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Virtual Health Emerges as Safe Choice for Seniors During COVID-19

June 29, 2020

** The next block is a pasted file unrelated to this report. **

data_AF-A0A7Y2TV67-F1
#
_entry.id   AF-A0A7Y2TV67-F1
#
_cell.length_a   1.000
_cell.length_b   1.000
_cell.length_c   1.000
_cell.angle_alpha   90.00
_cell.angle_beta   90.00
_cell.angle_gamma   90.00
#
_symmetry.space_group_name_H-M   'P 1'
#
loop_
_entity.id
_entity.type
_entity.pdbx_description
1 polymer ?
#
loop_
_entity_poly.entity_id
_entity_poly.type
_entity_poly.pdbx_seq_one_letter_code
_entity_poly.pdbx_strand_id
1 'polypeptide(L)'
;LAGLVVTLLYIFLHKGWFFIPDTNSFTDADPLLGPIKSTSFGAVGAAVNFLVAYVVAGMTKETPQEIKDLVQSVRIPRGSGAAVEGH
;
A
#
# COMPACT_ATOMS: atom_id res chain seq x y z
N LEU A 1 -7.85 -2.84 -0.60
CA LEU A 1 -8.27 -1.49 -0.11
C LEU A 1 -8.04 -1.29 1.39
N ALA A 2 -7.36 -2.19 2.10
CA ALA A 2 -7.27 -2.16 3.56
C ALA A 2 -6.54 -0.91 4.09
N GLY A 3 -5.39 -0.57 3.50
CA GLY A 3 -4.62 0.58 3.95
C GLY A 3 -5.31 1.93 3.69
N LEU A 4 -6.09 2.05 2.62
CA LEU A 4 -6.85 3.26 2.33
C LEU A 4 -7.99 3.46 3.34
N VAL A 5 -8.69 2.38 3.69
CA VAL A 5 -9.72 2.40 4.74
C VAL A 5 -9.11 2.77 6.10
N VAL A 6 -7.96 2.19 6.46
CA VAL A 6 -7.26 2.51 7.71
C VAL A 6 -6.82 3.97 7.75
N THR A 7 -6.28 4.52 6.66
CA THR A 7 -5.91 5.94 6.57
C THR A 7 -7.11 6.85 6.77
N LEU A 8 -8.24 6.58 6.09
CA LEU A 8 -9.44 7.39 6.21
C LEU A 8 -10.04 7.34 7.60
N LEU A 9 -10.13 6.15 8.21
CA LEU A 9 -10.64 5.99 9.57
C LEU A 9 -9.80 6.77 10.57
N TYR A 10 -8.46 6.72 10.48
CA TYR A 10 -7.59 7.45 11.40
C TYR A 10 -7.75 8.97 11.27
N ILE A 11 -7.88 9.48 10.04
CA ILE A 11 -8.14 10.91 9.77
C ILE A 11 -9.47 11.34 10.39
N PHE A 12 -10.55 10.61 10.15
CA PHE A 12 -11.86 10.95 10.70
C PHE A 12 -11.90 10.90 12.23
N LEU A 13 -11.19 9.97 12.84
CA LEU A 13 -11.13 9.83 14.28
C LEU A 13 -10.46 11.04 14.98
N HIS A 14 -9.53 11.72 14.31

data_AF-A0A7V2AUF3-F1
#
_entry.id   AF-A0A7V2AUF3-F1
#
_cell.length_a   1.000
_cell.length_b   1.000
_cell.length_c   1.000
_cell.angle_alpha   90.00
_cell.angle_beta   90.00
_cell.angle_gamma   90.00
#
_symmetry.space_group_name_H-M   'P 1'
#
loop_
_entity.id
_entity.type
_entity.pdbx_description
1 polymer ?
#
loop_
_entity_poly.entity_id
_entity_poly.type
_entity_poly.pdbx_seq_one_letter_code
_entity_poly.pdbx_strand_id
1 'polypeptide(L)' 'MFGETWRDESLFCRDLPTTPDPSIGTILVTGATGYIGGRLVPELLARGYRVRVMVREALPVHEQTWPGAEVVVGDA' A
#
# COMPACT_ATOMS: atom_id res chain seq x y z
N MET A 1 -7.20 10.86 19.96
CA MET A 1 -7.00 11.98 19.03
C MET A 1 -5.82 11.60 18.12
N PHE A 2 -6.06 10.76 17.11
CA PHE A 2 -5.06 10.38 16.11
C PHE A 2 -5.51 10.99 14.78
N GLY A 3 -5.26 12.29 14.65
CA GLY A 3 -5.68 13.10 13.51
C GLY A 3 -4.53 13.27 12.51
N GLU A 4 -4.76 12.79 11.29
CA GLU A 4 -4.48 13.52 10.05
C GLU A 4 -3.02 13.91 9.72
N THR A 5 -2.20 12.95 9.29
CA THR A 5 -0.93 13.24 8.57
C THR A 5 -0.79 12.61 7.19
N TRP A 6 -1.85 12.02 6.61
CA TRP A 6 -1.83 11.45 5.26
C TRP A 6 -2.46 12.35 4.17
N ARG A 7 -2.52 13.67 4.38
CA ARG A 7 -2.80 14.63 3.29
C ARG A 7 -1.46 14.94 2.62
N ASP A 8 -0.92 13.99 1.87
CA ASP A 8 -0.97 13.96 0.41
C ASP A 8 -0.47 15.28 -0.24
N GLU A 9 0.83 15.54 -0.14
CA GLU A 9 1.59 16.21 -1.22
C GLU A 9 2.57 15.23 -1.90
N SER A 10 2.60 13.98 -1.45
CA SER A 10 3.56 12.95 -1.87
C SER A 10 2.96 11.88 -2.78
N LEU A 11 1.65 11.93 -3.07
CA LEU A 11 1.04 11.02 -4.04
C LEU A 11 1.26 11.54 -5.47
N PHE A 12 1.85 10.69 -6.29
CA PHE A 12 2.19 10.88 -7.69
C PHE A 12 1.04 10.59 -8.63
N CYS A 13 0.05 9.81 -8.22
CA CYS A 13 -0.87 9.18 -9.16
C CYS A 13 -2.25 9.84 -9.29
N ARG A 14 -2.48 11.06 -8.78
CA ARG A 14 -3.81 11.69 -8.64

An older woman was worried about a cat bite she had that wasn’t healing and she feared going to her doctor’s office. Jessica Dakin, Geriatric Care Program Manager of Hartford HealthCare Center for Healthy Aging, checked on her client at home and realized it was a medical problem that could be addressed through a virtual video visit with the physician. It wasn’t long before the wound was assessed, antibiotics were prescribed and the woman was on her way to healing. This case is one of thousands of examples of how Hartford HealthCare Community Network has been using virtual health, or telemedicine. The latter term, first used in 1968, is defined by Merriam-Webster as “the practice of medicine when the doctor and patient are widely separated using two-way voice and visual communication.” It is impossible to calculate the number of times this method has been used since it was first defined. But with the COVID-19 pandemic, virtual visits have been skyrocketing. In the Hartford HealthCare system, there were more than 100,000 real-time health consultations in a two-month period. Of these, almost 5,000 users were new to virtually connecting with their physician. Each of the service lines within Hartford HealthCare Community Network has found the telemedicine extremely helpful. Among those using it are the assisted living communities: Mulberry Gardens of Southington, The Orchards at Southington and Cedar Mountain Commons as well as the skilled nursing facilities including Southington Care Center, Jefferson House and Jerome Home (which is managed by Hartford HealthCare Senior Services). Virtual care is available through computer, smartphone or tablet. The physician’s office establishes a video conferencing connection with the patient, allowing both parties to be able to see each other. It can be used for primary care visits, common problems and prescription refills. But it is not appropriate for severe problems or emergencies – in those instances, an in-person office or emergency department visit may be warranted. Telehealth consultations are not only more convenient, they are safer for patients and providers. Dakin usually transports and accompanies her clients from the home to their physicians’ in-person appointments. “Most of my clients are glad to be able to see their provider even if it is just over the screen,” Dakin said. “This gives better access to care especially when leaving the home can be a challenge.” Mulberry Gardens just started using the virtual method. Recently, an 81-year-old woman had a follow-up “visit” facilitated by Megan Nawrocki of the Wellness Department. Mulberry Gardens Executive Director Jacquelyn Gaulin said she anticipates it will become more common even after societal restrictions are lifted. At Southington Care Center, providers have been using the video connection for wound assessments between the physician, resident and wound-care nurse. “We absolutely will continue to use this,” said William Kowalewski, Executive Director of Southington Care Center. Telehealth is also being used for behavioral health and urgent care, as well as pharmacy consultations. Hartford HealthCare Rehabilitation Network has been using it for outpatient visits, allowing therapists to guide patients as they perform exercises at home rather than physically going to an actual office. Hartford HealthCare medical practices are able to arrange virtual visits. To connect with a provider or to learn more about using telehealth, click here.